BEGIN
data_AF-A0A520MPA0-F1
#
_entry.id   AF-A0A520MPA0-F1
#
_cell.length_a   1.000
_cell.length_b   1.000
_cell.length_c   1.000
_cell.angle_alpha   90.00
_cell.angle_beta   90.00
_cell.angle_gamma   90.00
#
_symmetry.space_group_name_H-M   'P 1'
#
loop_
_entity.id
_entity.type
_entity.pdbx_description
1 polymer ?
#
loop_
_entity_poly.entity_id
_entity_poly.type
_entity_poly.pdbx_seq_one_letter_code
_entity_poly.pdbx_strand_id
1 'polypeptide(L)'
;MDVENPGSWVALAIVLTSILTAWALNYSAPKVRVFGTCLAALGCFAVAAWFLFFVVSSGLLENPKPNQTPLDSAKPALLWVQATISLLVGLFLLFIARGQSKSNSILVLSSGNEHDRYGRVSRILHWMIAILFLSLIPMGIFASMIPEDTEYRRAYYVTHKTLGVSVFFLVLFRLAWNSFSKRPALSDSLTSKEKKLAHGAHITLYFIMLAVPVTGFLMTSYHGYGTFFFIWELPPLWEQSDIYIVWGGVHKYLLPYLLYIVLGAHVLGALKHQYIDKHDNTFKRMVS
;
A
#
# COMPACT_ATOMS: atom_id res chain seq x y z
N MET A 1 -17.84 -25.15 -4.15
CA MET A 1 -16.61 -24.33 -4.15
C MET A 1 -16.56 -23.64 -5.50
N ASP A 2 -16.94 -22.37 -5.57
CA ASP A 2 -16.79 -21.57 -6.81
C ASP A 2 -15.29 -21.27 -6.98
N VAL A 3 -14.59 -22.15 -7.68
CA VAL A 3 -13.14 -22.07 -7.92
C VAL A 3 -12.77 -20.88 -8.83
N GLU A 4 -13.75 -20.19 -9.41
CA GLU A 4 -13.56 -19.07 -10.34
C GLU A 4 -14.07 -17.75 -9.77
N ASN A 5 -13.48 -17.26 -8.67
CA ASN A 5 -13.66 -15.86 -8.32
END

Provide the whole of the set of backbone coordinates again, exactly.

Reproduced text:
data_AF-A0A520MPA0-F1
#
_entry.id   AF-A0A520MPA0-F1
#
_cell.length_a   1.000
_cell.length_b   1.000
_cell.length_c   1.000
_cell.angle_alpha   90.00
_cell.angle_beta   90.00
_cell.angle_gamma   90.00
#
_symmetry.space_group_name_H-M   'P 1'
#
loop_
_entity.id
_entity.type
_entity.pdbx_description
1 polymer ?
#
loop_
_entity_poly.entity_id
_entity_poly.type
_entity_poly.pdbx_seq_one_letter_code
_entity_poly.pdbx_strand_id
1 'polypeptide(L)'
;MDVENPGSWVALAIVLTSILTAWALNYSAPKVRVFGTCLAALGCFAVAAWFLFFVVSSGLLENPKPNQTPLDSAKPALLWVQATISLLVGLFLLFIARGQSKSNSILVLSSGNEHDRYGRVSRILHWMIAILFLSLIPMGIFASMIPEDTEYRRAYYVTHKTLGVSVFFLVLFRLAWNSFSKRPALSDSLTSKEKKLAHGAHITLYFIMLAVPVTGFLMTSYHGYGTFFFIWELPPLWEQSDIYIVWGGVHKYLLPYLLYIVLGAHVLGALKHQYIDKHDNTFKRMVS
;
A
#
# COMPACT_ATOMS: atom_id res chain seq x y z
N MET A 1 -17.84 -25.15 -4.15
CA MET A 1 -16.61 -24.33 -4.15
C MET A 1 -16.56 -23.64 -5.50
N ASP A 2 -16.94 -22.37 -5.57
CA ASP A 2 -16.79 -21.57 -6.81
C ASP A 2 -15.29 -21.27 -6.98
N VAL A 3 -14.59 -22.15 -7.68
CA VAL A 3 -13.14 -22.07 -7.92
C VAL A 3 -12.77 -20.88 -8.83
N GLU A 4 -13.75 -20.19 -9.41
CA GLU A 4 -13.56 -19.07 -10.34
C GLU A 4 -14.07 -17.75 -9.77
N ASN A 5 -13.48 -17.26 -8.67
CA ASN A 5 -13.66 -15.86 -8.32